Long before he was promoted to the role of master roaster at the Starbucks Augusta Roasting Plant in Georgia, Ryan Kirkland worked as a chemical operator, helping build an organic compound used for synthetic fibers.
“Never in a million years,” he says, could he have imagined himself not only appreciating new coffees, but searching for subtle tasting notes of honeybell orange and graham cracker.
“At that point in time, it was, coffee tastes like coffee. I couldn't taste the difference in any of it,” Kirkland says. “But now going through sensory (experience training) and really focusing in on these different attributes… My wife calls me a coffee snob.”
At Augusta, Kirkland oversees the production of the Green Apron Blend, a 50/50 blend of coffees sourced from Latin America and Africa that – after it’s roasted light and fast – give it the aforementioned flavors. The overall profile is sweet, citrusy, fruity and nutty.
“The roast profile we chose to run this coffee on is extremely fast,” Kirkland says. “It's much lighter than what we would normally run most Starbucks coffees to. Because of how we roasted it, we didn't generate quite as much acidity as we would have with other coffees.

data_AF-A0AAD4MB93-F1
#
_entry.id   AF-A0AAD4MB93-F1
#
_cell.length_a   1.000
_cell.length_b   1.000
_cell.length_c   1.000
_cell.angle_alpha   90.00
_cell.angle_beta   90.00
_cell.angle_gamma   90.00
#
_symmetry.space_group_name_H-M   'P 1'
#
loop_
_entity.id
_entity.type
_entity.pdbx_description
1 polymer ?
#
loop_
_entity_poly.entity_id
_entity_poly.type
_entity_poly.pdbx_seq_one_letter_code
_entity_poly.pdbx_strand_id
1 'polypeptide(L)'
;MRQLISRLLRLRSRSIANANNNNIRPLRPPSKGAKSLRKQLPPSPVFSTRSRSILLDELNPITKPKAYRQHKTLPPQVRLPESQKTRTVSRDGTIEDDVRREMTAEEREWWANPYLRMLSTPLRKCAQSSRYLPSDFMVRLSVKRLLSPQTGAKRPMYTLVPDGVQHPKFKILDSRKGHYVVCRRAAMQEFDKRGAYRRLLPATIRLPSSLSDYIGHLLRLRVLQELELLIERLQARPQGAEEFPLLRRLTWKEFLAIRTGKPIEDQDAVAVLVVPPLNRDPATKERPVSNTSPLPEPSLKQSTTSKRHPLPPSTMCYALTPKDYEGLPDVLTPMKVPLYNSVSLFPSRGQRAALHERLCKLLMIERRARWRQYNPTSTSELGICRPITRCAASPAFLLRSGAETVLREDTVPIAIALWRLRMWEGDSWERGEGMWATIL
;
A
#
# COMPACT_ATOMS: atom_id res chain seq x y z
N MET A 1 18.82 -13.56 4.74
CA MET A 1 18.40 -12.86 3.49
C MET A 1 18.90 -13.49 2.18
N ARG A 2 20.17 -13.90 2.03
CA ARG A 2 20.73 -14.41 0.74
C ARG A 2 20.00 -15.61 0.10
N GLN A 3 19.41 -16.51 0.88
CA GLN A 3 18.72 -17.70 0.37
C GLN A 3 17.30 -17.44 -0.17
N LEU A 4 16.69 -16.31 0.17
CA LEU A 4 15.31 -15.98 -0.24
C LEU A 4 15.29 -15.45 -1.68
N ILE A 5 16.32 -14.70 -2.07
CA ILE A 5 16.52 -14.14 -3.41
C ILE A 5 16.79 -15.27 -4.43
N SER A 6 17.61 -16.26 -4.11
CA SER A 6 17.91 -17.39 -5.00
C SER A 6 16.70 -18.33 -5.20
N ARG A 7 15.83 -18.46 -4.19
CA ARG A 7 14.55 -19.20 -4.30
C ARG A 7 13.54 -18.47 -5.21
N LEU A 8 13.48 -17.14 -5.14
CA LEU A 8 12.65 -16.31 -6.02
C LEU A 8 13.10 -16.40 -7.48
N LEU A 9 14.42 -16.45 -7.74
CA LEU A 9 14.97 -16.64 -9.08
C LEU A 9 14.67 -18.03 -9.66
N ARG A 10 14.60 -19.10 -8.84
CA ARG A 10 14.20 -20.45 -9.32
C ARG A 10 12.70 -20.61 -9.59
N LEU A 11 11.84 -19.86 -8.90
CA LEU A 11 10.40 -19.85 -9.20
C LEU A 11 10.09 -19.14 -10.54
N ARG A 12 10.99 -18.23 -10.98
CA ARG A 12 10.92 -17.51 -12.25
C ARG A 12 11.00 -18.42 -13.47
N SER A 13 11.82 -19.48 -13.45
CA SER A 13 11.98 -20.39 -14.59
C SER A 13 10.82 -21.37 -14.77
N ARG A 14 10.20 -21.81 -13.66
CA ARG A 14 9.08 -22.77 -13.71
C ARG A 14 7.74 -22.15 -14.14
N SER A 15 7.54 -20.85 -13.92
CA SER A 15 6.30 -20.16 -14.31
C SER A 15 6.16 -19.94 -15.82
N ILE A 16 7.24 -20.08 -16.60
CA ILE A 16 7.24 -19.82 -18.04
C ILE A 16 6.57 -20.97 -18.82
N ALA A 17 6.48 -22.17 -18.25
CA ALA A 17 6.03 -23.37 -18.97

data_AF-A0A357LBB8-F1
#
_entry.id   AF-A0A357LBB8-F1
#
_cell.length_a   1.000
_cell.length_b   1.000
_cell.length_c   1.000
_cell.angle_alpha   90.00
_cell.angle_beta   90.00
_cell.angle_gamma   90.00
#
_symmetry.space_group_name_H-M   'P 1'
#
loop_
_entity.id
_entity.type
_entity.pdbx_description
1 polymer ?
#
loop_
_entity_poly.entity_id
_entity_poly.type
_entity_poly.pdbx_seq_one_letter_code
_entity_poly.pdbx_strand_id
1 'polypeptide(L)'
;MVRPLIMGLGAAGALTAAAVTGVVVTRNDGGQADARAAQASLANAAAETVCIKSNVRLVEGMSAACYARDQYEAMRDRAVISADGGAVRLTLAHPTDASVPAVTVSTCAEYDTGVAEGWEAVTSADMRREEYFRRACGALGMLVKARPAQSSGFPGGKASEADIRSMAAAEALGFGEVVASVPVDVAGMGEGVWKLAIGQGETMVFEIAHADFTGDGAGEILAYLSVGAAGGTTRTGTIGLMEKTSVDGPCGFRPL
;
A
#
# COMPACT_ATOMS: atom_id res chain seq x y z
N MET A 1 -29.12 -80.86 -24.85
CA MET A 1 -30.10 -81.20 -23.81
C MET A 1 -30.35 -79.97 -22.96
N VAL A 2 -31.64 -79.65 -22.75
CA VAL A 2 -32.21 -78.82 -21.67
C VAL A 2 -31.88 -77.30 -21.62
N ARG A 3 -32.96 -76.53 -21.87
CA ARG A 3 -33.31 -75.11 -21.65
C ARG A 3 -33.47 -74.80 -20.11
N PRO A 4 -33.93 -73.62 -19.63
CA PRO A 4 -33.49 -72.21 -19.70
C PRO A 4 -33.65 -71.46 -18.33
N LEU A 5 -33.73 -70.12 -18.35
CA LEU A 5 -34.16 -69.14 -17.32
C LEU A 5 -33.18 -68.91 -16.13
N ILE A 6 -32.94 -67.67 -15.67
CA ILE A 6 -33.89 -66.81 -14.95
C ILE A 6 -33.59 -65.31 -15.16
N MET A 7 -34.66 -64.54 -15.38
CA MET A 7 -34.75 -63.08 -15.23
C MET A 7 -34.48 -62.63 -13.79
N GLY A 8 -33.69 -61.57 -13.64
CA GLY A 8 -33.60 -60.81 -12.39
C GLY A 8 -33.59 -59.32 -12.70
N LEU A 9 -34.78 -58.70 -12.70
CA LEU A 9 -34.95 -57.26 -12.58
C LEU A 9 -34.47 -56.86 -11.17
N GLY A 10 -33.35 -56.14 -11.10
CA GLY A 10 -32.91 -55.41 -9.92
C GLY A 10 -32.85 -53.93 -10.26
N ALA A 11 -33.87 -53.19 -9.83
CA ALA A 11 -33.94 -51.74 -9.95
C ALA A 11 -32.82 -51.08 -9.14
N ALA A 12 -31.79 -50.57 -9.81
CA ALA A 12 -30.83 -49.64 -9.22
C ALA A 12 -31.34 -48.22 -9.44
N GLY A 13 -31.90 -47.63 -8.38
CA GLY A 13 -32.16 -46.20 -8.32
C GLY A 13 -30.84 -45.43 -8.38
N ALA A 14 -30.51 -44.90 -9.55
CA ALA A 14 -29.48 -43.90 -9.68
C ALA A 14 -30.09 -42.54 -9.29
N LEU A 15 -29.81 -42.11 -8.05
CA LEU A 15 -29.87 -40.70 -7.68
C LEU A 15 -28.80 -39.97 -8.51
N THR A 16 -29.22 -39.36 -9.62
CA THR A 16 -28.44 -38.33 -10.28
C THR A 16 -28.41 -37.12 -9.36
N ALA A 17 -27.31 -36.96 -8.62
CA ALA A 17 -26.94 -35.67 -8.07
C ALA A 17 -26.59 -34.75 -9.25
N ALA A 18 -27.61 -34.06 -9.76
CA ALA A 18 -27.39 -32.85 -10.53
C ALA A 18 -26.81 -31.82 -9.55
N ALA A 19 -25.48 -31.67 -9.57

“By having something that's really well-rounded, it makes it really easy to brew, no matter what brewing method you choose.”
Augusta, which opened in 2012, is Starbucks newest roasting plant. It produces almost all the Frappuccino powder that’s used at Starbucks around the world and much of the Starbucks Blonde Espresso sent to stores. It roasted the initial batches of Green Apron Blend that were first tasted by partners, last October during the District Manager Leadership Experience and with in-store partner tastings across the United States and Canada.
As a master roaster, Kirkland makes sure his plant’s systems are set up to be reliable and consistent, so each particular coffee tastes the same today as it will five years from now and tastes the same as what’s made at other Starbucks roasting plants around the world.
“Having a bag of coffee and having the plant partners taste it and pick up on the attributes, that is rewarding because we're actually doing the coffee justice,” Kirkland says. “We're taking the time to not only roast the coffee, but pick up on the attributes that could have gotten lost had somebody else gotten a hold of that coffee.”